KnowBe4’s ongoing cyber security training drama, The Inside Man, reaches its fourth season with a plot drawing inspiration from one of the most impactful cyber attacks of 2021
- Alex Scroxton,
Published: 24 Feb 2022 14: 38
KnowBe4’s increasingly popular cyber security training drama The Inside Man will tackle ransomware attacks on critical national infrastructure (CNI) in its fourth season, drawing inspiration from the May 2021 heist on Colonial Pipeline as an apparent ransomware attack on a London-headquartered oil and gas company threatens to blow up its Norwegian storage depot and disrupt fuel supplies to millions of homes across the UK.
The show, which is designed to be delivered in bite-size chunks as a voluntary add-on to corporate training, is presented as a techno thriller in which leading man Mark Shepherd (Ben Adnams), a reformed malicious actor and now the owner of the eponymous Good Shepherd cyber consultancy, and his crew of cyber warriors AJ (Abe Jarman), Fiona (Kathryn Georghiou), Maurice (Brandon Potter) and Violet (Kirsty Averton) foil cyber attacks while presenting actionable lessons on cyber security for the layman, covering topics such as social engineering, password hygiene, social media security, and mis- and disinformation.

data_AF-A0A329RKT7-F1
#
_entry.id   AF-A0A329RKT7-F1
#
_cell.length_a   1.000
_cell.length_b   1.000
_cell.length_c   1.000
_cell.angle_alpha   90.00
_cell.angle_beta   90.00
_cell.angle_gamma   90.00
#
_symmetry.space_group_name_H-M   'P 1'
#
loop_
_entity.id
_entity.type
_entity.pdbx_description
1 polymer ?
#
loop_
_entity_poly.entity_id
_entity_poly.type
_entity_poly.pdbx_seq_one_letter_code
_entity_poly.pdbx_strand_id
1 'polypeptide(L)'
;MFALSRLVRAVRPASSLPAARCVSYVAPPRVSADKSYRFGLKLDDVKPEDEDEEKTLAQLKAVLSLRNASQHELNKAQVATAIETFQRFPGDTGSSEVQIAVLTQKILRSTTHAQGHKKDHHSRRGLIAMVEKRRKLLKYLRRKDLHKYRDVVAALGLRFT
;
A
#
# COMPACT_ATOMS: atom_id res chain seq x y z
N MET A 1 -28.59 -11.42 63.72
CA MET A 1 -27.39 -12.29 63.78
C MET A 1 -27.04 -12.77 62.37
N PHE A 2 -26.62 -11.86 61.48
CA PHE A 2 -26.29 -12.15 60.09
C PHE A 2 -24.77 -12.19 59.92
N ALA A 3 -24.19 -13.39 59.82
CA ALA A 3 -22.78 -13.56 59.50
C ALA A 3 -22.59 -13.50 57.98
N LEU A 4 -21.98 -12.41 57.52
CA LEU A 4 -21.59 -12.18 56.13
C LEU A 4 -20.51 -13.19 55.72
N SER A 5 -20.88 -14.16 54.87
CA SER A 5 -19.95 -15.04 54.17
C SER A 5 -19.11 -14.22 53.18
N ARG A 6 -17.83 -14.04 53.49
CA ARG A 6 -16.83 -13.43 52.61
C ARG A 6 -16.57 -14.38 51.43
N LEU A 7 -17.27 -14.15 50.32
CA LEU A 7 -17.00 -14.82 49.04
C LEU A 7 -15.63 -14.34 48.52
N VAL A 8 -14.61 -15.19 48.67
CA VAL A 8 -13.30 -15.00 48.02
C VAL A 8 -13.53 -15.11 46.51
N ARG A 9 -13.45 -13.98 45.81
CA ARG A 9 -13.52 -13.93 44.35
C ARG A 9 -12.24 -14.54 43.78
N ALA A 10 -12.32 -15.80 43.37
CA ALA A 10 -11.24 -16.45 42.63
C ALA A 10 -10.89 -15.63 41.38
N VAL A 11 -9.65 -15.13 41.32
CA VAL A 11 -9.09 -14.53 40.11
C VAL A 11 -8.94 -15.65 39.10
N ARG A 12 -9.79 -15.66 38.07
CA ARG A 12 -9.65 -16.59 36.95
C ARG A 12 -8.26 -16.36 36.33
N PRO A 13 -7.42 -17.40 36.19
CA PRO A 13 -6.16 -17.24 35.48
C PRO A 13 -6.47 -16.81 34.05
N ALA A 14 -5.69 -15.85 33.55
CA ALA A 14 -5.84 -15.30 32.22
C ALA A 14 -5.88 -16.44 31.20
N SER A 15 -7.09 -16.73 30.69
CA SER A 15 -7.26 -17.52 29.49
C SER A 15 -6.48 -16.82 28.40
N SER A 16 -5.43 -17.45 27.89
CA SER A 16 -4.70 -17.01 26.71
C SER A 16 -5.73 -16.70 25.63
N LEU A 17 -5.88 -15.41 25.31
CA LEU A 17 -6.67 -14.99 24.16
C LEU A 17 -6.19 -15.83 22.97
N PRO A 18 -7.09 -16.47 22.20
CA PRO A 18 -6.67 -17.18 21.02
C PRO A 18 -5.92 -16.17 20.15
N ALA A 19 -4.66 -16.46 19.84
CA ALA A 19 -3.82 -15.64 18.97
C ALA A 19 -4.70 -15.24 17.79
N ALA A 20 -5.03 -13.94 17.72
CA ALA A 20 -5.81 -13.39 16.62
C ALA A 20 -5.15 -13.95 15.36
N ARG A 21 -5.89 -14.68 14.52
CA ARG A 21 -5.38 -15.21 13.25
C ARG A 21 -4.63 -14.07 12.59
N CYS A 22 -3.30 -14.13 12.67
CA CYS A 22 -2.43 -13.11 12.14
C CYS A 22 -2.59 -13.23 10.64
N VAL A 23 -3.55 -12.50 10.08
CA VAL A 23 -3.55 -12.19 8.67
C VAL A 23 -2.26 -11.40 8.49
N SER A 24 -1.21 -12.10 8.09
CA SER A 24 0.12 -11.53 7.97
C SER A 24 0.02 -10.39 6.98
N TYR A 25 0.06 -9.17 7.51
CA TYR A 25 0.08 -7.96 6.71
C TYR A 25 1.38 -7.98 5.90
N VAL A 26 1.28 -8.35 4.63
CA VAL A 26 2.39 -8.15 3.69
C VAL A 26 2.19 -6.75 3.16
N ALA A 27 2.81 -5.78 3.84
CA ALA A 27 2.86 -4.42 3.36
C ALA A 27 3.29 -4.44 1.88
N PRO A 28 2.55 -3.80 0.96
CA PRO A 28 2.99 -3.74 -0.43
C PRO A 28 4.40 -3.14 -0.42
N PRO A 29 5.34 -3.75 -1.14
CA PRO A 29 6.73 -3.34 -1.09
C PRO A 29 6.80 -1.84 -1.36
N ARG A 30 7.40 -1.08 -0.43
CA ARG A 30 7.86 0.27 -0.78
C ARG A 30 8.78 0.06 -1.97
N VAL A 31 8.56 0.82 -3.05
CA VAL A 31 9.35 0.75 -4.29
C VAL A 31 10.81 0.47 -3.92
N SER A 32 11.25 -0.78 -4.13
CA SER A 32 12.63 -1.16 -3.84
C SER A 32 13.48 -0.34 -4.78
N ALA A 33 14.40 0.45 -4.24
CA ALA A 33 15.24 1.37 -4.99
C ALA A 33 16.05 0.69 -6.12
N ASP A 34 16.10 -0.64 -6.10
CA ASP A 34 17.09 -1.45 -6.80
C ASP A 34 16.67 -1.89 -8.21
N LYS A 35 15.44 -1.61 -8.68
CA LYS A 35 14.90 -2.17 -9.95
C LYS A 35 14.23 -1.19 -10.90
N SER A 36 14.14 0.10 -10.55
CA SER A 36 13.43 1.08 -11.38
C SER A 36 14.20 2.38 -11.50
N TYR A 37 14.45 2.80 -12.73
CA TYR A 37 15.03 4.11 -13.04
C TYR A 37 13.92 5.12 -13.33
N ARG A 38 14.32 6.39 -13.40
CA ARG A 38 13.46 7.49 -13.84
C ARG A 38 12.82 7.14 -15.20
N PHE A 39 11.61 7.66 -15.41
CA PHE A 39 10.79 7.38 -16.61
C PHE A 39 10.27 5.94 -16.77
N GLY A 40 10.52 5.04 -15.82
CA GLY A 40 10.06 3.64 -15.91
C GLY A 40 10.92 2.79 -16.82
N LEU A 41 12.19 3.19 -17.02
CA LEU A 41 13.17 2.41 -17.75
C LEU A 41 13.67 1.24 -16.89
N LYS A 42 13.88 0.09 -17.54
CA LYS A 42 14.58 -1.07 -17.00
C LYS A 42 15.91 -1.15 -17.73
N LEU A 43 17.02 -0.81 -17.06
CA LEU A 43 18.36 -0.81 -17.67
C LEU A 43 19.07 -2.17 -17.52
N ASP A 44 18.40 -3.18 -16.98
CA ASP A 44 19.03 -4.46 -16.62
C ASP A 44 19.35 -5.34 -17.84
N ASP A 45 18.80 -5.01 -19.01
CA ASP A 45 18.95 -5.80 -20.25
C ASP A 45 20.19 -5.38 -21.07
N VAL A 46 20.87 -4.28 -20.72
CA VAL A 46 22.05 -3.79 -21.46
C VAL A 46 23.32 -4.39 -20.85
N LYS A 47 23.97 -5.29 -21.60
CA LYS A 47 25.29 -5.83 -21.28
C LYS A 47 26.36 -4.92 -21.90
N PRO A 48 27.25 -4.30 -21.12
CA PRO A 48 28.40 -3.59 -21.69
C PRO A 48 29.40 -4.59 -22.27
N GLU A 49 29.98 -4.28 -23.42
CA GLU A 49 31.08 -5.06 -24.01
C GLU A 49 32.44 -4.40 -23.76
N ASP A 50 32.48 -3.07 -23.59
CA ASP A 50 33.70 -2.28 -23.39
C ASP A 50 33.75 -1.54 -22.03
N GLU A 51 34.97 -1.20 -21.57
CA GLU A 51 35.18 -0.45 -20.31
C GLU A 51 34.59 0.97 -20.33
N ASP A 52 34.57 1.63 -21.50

“It seems that every season we get that much bigger, better and more exciting, but this season takes it to a whole new level,” said Jim Shields, creative director at Twist & Shout Communications, part of KnowBe4. “The Inside Man has now grown into its own dramatic universe, more international than ever, and full of amazing characters.”
Stu Sjouwerman, KnowBe4 founder and CEO, added: “The feedback from our customers is clear: The Inside Man is the most used security awareness training series that we produce in the optional training category, so we had to bring them another season. Season four promises to deliver another highly anticipated continuation of the storyline, undoubtedly with some plot twists.”
With season four in development during the spring of 2021, the production team suddenly found themselves watching on as a major ransomware heist against US fuel distributor Colonial Pipeline suddenly brought cyber crime to global attention, with consequences in the real world. John Just, KnowBe4’s chief learning officer, told Computer Weekly the decision to “do” Colonial Pipeline was a no-brainer.
“It’s a great example, it was a public example,” he said. “Some of the examples we’ve had in the other series, we have this feedback from people constantly… and they will say, ‘oh, but that stuff doesn’t happen that much, this is fearmongering’,” said Just. “So we wanted to take something that was very public, and make sure people could connect to that.”
Computer Weekly at the movies
Season four of The Inside Man boasts new locations, more jeopardy, helicopters, and what may very likely be both the first on-screen kiss and first original song ever seen in a security training film.